Full text: Problems in eugenics

A. Marro.Biology and Eugenics. 
io%, 43%, and 45%, whilst amongst the septuagenarians the respective pro­ 
portions are 8%, 46%, and 45%. Apart from the small difference of the septua­ 
genarians of the second class, vve find that amongst almost all the aged, septua­ 
genarians or octogenarians, there is a high proportion of parents who were 
themselves notable for longevity, which proves the transmission of this capa­ 
city for resistance to the struggle of life from fathers to sons. It must 
be noted, however, that in this very energy there is found a risk for the 
integrity of the descendants, because the vigour of the individual per­ 
mitting the prolongation of the generative faculty exposes the late off­ 
spring to the risk of degeneration, which can manifest itself by madness or 
criminality. Lastly, I have directed my attention to other biological qualities of 
children relative to the age of their parents, but the insufficient number of 
my observations does not permit me to arrive at present at decisive con­ 
clusions. As regards physical qualities, I have endeavoured to study the relations 
which exist between the anomalous characteristics relating specially to 
physiognomy and the exterior conformation of the skull of the persons 
examined by me with the age of their parents. 
I have divided these degenerative characters into two classes, according 
as they were congenital or acquired, subdividing the former into atavic 
when they reproduced forms of inferior human or bestial type, such as the 
exaggeration of the frontal sinuses, the torus occipitalis, ears with the 
projecting tubercles of Darwin, the receding forehead, or else atypical forms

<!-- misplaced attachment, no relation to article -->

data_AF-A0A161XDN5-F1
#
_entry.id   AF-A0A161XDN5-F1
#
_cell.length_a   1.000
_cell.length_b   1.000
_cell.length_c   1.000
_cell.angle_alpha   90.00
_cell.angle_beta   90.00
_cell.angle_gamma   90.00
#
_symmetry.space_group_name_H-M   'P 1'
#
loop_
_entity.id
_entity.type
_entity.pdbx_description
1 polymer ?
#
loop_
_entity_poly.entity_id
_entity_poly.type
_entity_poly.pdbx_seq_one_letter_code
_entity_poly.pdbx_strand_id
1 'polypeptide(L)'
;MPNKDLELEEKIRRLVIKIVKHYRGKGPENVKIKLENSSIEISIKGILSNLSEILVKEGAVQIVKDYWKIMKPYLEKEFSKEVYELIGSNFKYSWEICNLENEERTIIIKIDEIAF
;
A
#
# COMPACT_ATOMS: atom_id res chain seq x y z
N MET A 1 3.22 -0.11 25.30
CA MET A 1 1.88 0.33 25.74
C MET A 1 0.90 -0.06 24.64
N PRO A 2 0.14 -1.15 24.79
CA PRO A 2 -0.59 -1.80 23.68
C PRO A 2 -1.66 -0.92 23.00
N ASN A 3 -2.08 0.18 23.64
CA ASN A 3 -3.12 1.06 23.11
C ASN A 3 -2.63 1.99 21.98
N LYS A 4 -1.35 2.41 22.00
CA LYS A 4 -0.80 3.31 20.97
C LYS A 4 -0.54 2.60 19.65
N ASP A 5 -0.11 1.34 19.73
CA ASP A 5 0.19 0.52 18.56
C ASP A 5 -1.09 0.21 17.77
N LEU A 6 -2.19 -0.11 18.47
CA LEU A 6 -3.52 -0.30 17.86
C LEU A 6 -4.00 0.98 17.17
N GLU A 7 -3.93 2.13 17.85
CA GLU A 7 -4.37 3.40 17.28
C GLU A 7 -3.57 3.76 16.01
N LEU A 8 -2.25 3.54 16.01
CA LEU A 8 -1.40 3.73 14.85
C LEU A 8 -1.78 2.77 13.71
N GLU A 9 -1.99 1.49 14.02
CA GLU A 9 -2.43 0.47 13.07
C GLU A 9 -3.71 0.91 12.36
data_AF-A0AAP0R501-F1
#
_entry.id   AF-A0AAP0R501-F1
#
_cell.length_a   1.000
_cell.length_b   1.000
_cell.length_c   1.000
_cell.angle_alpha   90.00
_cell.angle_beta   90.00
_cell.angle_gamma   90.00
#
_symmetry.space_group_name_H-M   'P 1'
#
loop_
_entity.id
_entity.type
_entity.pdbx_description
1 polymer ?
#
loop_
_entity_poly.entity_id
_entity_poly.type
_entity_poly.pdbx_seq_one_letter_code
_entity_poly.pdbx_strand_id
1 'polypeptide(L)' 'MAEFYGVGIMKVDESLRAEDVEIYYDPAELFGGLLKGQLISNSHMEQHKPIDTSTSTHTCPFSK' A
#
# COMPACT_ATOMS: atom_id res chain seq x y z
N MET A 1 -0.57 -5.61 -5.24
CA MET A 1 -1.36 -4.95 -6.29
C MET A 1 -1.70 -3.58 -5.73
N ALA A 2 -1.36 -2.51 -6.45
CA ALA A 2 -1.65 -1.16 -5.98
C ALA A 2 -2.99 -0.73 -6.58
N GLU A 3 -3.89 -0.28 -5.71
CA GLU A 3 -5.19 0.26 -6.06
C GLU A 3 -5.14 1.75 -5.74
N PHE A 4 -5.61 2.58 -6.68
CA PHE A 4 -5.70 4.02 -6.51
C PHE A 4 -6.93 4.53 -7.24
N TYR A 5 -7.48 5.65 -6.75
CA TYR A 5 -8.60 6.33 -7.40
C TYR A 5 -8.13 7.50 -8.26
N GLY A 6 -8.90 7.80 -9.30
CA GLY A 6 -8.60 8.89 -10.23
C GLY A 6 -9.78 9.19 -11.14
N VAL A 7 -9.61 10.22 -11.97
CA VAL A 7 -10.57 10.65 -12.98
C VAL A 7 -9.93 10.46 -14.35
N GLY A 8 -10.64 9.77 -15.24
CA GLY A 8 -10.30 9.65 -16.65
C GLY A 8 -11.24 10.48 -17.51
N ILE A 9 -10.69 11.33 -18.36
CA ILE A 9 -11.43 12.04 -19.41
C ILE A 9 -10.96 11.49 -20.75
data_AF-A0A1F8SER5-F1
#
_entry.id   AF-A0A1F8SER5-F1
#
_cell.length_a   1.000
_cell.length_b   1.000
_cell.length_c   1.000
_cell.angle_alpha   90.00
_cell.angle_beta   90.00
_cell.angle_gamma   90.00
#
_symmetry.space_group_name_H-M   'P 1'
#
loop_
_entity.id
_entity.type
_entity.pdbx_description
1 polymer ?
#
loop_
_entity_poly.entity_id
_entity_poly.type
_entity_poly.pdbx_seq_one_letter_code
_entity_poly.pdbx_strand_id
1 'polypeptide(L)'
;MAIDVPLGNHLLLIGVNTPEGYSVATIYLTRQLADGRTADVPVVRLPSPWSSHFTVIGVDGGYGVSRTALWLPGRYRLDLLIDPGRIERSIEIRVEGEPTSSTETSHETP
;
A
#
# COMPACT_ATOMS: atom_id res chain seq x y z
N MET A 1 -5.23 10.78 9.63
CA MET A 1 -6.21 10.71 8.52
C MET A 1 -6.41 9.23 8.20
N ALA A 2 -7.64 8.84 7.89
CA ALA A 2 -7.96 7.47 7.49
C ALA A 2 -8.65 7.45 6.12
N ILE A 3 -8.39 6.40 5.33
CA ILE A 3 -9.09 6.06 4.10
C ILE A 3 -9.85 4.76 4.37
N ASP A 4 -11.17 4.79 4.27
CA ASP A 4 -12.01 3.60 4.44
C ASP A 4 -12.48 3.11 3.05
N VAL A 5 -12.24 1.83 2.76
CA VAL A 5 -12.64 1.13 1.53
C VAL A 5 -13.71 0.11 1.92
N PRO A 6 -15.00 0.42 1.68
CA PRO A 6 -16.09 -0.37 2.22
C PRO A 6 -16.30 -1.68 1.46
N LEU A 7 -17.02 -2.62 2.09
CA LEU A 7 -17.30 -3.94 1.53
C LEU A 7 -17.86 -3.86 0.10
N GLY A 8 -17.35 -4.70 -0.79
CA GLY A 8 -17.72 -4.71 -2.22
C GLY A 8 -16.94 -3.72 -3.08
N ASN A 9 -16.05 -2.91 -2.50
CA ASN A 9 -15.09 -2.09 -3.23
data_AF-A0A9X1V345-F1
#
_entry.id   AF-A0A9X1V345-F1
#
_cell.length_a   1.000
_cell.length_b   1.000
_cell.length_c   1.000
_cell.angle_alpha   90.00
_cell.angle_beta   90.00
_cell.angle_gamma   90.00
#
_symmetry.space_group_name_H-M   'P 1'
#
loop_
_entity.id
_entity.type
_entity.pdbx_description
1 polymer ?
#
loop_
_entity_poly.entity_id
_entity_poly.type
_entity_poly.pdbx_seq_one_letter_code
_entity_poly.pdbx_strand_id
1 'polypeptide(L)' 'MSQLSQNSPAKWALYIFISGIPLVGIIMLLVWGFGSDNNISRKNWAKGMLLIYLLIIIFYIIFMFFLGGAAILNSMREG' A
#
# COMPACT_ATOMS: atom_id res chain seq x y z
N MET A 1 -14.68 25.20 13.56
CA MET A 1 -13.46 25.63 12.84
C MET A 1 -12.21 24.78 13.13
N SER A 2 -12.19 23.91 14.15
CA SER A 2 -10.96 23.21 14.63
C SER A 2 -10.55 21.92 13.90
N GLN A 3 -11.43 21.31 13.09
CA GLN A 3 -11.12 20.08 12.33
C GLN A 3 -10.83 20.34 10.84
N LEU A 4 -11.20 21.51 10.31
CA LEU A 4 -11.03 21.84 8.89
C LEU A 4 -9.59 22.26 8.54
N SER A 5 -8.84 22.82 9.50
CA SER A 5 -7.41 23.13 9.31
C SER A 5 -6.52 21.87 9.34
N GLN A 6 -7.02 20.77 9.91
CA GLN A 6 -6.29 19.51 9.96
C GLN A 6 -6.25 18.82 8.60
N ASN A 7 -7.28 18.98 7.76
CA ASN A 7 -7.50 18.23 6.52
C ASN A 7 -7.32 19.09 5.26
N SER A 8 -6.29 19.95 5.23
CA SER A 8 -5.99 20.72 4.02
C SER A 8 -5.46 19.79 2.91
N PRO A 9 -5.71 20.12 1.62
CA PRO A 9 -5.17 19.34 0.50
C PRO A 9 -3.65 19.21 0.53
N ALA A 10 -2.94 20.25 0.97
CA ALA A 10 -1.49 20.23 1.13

due to morbid influences of different kinds, and the results of errors of 
development of the foetus, such as the cretinoid type, congenital goitre, 
deviations of the nose and congenital strabismus, plagiocephaly, hydro­ 
cephalus, bad formation of the teeth. A study which I have made in this 
matter has shown me that those who show a majority of abnormal congenital 
atavic characters are descended from alcoholic or aged parents, whilst the 
ancestors of those who presented rather abnormal atypical characters 
reckoned a greater number of alcoholics, of insane and epileptics. 
It now remains for us to examine the age of the mother. In adopting the 
same criterion as that adopted for the men, I reduce the limit of maturity to 
21 years, the limit fixed by the laws when the consent of the parents is not 
necessary for marriage, the earlier development of the woman as compared 
to the man being a physiological fact. The age of decline is also marked 
by a corresponding precocity. Now, in noting the proportion given by the 
mothers of persons examined by me, according to their respective age, in the 
three periods of immaturity, perfect development (which I have perhaps 
exaggerated in supposing it equal to the duration of that of the man), and 
of the decline (which with them must commence at 37 years), we find the 
following result:—k 2

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